Back in Black
When I was in high school, the cafeteria was unofficially sectioned off into groups, with members of a certain group sitting in the same area or at the same table every day. One of those groups where the Goths, or kids who dressed in black, had an interest in things like Satanism, the occult, or vampires, and who generally tried to look threatening and intimidating, even if they weren’t actually unfriendly all the time.
If this describes your teen, should you be worried? This kind of behaviour can alarm parents to no end. The good news is that even when kids start dying their hair black, tossing any clothes that aren’t black, and invite their friends over to use the Ouija board, generally, the kids are all right. This is just another example of trying on a new persona to see if it fits. If your child starts to show signs of depression or a major shift in mood, changes his or her group of friends radically, or becomes very secretive about what s/he’s doing with friends, those are signs for concern.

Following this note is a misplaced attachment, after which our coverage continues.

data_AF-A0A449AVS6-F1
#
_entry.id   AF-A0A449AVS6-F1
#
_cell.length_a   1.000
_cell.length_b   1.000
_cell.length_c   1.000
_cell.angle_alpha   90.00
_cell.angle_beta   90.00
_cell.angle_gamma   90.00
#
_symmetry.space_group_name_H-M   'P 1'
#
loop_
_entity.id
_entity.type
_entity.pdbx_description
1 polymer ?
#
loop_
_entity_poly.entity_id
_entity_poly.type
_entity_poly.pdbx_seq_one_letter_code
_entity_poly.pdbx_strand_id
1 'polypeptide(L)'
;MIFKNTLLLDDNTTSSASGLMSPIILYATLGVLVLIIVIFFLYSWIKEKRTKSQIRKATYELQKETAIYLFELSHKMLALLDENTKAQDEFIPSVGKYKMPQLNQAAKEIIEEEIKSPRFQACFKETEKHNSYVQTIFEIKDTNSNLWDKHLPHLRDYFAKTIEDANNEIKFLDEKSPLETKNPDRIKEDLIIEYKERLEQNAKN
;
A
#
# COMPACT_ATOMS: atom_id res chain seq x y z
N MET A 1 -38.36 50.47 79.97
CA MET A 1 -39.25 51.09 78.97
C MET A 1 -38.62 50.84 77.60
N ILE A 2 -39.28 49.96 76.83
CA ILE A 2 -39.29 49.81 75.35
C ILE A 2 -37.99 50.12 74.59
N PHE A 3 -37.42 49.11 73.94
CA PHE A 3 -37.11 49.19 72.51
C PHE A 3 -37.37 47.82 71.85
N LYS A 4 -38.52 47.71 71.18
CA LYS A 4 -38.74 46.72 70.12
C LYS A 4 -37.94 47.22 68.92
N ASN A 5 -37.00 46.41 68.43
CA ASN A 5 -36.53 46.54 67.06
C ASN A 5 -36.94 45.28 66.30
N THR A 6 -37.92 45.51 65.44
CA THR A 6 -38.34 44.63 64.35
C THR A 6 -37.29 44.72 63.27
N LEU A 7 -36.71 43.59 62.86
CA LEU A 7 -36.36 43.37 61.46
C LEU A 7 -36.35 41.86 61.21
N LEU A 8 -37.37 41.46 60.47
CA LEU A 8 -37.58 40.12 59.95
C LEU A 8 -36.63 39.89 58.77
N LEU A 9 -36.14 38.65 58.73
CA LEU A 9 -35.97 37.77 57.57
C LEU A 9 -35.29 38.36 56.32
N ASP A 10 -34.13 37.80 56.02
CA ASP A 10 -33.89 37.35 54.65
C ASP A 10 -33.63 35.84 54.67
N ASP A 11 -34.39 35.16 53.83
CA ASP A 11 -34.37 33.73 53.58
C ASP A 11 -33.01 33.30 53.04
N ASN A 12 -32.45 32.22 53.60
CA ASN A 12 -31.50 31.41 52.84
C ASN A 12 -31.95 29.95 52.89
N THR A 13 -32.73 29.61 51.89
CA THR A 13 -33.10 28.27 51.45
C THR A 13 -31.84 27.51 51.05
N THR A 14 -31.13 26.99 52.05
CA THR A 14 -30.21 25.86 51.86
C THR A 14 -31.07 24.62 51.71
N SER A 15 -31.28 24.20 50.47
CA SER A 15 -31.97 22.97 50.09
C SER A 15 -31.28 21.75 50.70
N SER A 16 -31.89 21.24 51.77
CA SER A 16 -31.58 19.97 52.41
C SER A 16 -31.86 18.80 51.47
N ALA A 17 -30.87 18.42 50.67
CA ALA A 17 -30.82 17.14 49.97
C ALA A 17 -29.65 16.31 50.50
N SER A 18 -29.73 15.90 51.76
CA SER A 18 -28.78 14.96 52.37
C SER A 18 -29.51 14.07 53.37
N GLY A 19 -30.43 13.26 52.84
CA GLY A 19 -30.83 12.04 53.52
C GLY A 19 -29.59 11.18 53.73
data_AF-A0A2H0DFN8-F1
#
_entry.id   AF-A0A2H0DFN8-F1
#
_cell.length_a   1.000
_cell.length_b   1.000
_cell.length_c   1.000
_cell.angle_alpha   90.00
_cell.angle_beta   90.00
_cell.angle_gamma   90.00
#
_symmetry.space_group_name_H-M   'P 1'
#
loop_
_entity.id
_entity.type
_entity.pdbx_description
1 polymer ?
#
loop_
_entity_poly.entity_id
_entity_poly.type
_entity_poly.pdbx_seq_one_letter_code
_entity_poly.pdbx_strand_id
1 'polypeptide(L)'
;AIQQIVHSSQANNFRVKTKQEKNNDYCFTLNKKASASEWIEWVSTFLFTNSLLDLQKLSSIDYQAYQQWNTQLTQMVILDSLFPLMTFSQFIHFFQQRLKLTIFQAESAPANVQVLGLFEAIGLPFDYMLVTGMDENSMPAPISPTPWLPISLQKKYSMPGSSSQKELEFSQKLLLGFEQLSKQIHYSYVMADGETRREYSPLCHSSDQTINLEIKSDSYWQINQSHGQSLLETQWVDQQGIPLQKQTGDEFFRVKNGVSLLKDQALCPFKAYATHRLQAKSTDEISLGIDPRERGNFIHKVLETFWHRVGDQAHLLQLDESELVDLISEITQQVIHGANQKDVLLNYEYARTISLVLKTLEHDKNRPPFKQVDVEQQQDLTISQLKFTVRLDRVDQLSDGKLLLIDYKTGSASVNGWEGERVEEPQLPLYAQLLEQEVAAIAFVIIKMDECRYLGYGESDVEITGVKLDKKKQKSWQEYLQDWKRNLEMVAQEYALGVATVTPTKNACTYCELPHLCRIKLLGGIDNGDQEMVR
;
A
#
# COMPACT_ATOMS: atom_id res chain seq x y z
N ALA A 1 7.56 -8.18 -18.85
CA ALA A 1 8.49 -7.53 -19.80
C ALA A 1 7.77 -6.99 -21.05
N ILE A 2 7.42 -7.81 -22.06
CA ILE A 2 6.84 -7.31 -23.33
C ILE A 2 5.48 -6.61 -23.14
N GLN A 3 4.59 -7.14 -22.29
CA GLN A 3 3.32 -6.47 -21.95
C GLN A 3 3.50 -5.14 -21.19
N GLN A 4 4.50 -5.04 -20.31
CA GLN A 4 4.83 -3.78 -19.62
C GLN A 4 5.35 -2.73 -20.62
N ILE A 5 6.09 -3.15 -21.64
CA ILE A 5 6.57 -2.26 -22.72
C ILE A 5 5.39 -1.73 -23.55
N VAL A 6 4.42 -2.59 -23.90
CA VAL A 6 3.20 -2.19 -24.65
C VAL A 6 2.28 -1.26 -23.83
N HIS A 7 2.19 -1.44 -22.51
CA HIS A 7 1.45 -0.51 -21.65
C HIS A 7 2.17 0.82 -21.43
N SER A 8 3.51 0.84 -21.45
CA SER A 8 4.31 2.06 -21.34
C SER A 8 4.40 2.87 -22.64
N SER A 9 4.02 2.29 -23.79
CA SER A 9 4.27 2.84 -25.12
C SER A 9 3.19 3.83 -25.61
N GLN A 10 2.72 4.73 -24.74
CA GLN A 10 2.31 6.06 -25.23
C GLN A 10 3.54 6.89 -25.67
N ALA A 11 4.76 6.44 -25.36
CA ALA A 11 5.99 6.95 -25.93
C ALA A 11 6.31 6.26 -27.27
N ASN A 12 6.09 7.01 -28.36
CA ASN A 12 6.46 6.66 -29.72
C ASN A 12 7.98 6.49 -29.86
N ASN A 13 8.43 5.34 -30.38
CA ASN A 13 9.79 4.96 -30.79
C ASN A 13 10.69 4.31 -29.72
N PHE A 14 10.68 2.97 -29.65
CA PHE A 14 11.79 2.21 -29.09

Black hair, black clothes, annoying music, an interest in vampires? Not necessarily a sign of impending problems. Just keep the conversation open with your kids, particularly about what and whom they may be talking to on the Internet as they search for more information about their new hobby — some of the people online who are involved in these sorts of activities can be pretty dark and have been known to urge kids to do things that aren’t in their best interest. These are sites are not necessarily a great place for teenagers to spend time, but your best approach is to talk with your teens about your concerns and make sure that you continue to be nonjudgmental, open to talking, and interested in their opinions.
If things are generally ok at home, your teen is generally doing well at school, continues to socialize and bring friends around, and your instinct is telling you that it’s just a (annoying, perhaps) phase, then trust that. Hair will grow back, new clothes can be bought, and taste in music and books can evolve. It’s just another way for kids to assert their growing autonomy…with the added bonus of driving their parents crazy at the same time.